Folk Legends at Kids Web Japan
I’ve blogged about this site before and it totally rocks. A great place for your kids to spend time learning about Japan and its culture.

5) GOOD OLD-FASHIONED BOOKS

I love these books for the depth they add to the ghostly tales I already know. There’s a lot of cultural depth and quirks of history and legend. Many tidbits made their way into books 3 and 4.

Tales of Old Japan, A.B. Mitford (first published 1871 but republished by the Folklore Society in 2000)
Pandemonium and Parade, Michael Dylan Foster (2009; the result of university research and a fascinating look at how yokai tales have influenced Japanese culture)
Japanese Mythology, Juliet Piggot (1969; some incredible photos and art combined with Japanese myths and legends I had never heard of)
Myths and Legends of China and Japan, Donald A. Mackenzie (1986; harder to plough through, but some really useful and in-depth chapters on things like dragons and stone-lore)
Japanese Proverbs and Sayings, Daniel Crump Buchanan (1965; WOW! Pages and pages of Japanese proverbs, along with their cultural significance. This is gold!)(I’ve blogged about some of my favourite Japanese sayings here.)

More!?

This is really only the tip of the iceberg…I’d love to hear about other places to find myths and legends of Japan or other people interested in yokai. Please introduce yourself in the comments and point me in the right direction. THANKS!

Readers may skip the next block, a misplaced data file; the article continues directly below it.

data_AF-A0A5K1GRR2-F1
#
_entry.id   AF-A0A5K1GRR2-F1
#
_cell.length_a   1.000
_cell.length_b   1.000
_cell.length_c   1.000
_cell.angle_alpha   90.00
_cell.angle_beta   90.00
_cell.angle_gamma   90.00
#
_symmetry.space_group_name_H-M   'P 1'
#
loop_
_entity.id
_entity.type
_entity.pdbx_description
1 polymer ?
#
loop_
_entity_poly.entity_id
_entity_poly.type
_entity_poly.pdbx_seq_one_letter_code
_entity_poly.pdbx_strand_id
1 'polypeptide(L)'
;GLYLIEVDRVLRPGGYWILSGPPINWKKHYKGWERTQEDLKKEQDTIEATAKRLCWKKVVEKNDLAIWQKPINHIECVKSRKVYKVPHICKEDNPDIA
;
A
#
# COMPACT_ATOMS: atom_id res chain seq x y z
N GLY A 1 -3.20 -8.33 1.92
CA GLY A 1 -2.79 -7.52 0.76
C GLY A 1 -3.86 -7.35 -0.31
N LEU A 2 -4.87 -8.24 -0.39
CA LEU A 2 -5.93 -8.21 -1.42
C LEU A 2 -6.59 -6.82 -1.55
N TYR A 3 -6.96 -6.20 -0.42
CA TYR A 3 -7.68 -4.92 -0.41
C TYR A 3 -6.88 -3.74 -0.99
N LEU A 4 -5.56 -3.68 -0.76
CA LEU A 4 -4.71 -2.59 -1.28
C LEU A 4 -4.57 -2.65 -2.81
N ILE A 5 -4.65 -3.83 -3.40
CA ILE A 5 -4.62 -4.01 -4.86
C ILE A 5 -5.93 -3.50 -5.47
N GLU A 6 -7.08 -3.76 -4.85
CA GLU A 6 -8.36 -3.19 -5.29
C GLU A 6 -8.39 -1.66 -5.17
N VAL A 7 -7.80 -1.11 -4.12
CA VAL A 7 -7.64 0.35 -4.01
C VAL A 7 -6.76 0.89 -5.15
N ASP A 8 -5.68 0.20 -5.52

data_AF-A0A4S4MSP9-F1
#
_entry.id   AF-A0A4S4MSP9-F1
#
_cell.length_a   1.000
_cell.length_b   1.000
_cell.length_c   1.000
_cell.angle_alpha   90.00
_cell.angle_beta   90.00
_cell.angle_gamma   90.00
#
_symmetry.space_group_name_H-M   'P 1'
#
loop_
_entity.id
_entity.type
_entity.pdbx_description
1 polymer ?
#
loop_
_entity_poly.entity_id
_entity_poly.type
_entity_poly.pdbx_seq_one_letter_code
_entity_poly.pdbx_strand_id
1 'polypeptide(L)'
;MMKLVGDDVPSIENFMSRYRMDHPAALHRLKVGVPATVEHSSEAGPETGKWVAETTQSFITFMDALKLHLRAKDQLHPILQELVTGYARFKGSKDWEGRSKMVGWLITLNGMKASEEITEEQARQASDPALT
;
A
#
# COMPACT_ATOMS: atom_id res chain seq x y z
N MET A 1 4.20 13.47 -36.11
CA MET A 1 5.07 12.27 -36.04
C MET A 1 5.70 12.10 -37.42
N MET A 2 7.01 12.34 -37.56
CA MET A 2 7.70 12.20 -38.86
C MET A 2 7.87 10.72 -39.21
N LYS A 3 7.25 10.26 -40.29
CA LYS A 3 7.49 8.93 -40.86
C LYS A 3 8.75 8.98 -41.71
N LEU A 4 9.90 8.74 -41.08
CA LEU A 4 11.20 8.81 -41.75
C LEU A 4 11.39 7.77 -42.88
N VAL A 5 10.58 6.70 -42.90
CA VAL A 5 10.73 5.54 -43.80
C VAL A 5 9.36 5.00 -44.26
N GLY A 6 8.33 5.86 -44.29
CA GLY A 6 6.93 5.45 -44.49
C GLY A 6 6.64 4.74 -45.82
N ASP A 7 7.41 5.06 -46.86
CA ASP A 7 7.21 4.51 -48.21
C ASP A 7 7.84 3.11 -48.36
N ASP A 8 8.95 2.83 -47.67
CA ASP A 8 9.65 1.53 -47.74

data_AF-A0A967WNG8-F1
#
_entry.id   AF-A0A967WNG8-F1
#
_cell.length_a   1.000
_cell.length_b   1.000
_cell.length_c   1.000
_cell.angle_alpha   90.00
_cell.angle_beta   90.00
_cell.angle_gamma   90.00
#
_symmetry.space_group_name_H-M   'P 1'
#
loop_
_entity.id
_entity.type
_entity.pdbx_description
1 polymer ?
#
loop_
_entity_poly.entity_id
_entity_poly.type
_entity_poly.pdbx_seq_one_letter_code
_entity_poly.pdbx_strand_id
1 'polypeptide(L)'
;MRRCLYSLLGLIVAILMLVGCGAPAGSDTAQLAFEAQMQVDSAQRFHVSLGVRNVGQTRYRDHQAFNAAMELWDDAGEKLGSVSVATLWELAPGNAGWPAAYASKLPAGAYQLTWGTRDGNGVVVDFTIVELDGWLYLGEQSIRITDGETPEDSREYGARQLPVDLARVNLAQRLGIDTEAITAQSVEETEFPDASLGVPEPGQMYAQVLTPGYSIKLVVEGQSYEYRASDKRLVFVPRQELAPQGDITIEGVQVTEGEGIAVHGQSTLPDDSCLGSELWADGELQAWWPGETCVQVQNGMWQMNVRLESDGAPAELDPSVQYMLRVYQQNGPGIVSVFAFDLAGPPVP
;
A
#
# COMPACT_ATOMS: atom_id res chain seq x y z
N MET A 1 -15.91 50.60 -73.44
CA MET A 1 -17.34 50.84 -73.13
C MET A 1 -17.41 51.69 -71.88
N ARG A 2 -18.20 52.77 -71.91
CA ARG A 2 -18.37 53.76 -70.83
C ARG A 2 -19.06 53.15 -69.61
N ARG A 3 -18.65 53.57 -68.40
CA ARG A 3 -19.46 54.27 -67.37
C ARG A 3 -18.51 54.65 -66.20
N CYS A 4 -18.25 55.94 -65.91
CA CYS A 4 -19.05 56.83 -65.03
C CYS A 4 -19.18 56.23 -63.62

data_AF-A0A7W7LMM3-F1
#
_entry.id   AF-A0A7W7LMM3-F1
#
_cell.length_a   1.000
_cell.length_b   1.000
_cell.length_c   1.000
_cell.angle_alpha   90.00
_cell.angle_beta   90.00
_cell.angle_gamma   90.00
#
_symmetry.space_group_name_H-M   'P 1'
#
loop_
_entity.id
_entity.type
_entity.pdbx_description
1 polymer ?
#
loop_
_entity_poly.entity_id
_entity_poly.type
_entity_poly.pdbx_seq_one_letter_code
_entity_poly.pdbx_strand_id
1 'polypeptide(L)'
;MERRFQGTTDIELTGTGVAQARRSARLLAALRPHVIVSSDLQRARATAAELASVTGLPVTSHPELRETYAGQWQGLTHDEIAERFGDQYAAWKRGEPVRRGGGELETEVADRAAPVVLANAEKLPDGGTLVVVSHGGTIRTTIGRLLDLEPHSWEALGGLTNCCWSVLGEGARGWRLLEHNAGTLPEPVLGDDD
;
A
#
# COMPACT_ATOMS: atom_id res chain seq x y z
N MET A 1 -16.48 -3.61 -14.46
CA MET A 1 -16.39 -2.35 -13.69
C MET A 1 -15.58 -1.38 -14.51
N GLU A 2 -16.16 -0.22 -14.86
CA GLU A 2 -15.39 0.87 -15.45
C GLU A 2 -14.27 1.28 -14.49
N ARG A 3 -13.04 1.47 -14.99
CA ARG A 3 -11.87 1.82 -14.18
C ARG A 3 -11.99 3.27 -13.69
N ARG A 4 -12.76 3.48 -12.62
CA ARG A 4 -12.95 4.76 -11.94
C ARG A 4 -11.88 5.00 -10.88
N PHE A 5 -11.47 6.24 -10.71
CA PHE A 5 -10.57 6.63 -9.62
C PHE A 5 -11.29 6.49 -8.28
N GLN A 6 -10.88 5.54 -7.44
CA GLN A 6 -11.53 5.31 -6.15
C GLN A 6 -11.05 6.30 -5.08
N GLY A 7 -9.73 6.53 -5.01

takeshitademons_blog-cover 4


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Monster app for learning katakana and hiragana

Want a fun game to teach yourself hiragana or katakana?

Like monsters and manga? Check out these fun apps!

A few months back I had the pleasure of working with Jessica Perrin on Japanese language and culture workshops for Year 9s.

Jessica’s husband is also interested in Japanese and has just released two apps designed to help learners of Japanese hiragana and katakana alphabets.

Attack and whack!

Called Kana Attack (for iPad) and Kana Whack (for iPhone), they use Japanese yokai monsters, including the tanuki, kappa and more.

Players are rewarded with specialities from each Japanese prefecture and the screen backgrounds are borrowed from famous Japanese art. Plus there are flash cards, study charts, and you can hear each kana pronounced properly.

All this and cute monsters too? Yee ha! Yokai are everywhere!